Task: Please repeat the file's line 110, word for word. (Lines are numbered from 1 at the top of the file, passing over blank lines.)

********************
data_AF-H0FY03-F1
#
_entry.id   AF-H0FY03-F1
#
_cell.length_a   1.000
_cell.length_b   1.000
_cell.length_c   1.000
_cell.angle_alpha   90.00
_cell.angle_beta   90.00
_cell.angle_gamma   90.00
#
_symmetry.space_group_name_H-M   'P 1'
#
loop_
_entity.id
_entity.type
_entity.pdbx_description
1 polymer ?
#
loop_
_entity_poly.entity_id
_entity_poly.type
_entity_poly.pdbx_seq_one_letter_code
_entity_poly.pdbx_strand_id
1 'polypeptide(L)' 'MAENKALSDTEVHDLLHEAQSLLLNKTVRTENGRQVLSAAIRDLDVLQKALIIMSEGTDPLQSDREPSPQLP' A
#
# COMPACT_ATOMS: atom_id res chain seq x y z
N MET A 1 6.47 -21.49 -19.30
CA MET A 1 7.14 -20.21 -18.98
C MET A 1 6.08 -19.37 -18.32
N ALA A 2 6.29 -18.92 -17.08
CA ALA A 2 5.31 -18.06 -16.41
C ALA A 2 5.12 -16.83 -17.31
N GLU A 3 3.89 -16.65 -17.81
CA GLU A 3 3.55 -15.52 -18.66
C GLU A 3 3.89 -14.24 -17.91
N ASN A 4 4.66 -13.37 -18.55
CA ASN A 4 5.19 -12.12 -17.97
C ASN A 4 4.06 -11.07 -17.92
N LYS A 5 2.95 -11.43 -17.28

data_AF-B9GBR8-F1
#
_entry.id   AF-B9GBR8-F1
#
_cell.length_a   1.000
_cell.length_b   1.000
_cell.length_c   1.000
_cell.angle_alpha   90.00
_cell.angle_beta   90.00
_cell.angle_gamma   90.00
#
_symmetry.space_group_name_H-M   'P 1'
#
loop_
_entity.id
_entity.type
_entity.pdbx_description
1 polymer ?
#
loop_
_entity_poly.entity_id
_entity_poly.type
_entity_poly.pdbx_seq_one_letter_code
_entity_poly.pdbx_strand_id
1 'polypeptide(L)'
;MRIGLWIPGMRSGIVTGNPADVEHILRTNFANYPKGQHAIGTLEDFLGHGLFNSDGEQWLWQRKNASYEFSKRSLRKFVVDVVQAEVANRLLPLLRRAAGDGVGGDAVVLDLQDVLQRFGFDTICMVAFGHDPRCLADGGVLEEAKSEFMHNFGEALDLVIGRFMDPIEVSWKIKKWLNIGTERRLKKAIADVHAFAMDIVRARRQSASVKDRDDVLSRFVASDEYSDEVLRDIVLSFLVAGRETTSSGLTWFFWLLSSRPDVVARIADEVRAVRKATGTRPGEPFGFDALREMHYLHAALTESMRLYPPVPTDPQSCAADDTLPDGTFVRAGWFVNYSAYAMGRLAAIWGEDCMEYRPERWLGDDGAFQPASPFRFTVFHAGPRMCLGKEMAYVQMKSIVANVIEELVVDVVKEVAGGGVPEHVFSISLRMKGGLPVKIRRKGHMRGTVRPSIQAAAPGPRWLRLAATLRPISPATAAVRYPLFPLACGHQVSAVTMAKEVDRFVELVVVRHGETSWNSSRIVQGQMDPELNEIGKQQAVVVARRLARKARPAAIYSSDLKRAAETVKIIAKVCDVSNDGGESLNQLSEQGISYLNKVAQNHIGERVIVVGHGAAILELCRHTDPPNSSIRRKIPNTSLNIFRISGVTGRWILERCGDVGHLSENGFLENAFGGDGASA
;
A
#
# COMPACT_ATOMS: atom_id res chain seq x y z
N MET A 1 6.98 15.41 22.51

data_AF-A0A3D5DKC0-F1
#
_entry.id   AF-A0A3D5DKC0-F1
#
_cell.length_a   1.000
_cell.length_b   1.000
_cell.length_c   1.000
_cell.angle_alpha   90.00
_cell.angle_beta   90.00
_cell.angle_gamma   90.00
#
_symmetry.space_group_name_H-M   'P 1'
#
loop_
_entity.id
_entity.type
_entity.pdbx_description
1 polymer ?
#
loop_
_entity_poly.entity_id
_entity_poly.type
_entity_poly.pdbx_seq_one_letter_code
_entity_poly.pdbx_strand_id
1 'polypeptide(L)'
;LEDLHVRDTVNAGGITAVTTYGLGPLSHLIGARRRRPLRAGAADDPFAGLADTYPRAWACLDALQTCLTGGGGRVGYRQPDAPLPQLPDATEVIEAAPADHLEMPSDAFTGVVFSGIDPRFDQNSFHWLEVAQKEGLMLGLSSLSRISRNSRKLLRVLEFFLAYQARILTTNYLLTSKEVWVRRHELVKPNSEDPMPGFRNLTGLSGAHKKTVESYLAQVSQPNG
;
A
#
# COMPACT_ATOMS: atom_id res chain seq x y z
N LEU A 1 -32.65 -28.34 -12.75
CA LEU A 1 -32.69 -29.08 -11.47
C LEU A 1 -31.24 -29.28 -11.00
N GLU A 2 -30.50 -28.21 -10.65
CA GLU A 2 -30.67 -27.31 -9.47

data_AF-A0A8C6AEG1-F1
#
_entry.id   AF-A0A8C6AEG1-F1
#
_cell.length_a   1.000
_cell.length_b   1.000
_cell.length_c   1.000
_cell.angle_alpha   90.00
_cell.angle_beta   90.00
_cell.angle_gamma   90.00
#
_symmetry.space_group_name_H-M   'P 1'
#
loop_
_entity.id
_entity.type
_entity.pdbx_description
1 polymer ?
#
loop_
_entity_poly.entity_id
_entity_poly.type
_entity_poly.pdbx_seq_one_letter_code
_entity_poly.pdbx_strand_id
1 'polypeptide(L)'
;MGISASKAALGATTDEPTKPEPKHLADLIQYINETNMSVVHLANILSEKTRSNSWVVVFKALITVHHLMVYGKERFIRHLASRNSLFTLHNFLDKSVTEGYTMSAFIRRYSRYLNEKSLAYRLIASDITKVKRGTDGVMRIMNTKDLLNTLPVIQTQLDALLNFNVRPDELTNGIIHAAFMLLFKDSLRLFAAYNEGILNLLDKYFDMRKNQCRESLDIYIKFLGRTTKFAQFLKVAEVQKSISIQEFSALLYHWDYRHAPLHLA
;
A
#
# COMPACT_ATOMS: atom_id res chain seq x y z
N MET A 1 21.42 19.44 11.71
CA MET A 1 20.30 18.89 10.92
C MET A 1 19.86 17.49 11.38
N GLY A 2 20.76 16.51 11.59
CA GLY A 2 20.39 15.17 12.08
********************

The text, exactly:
#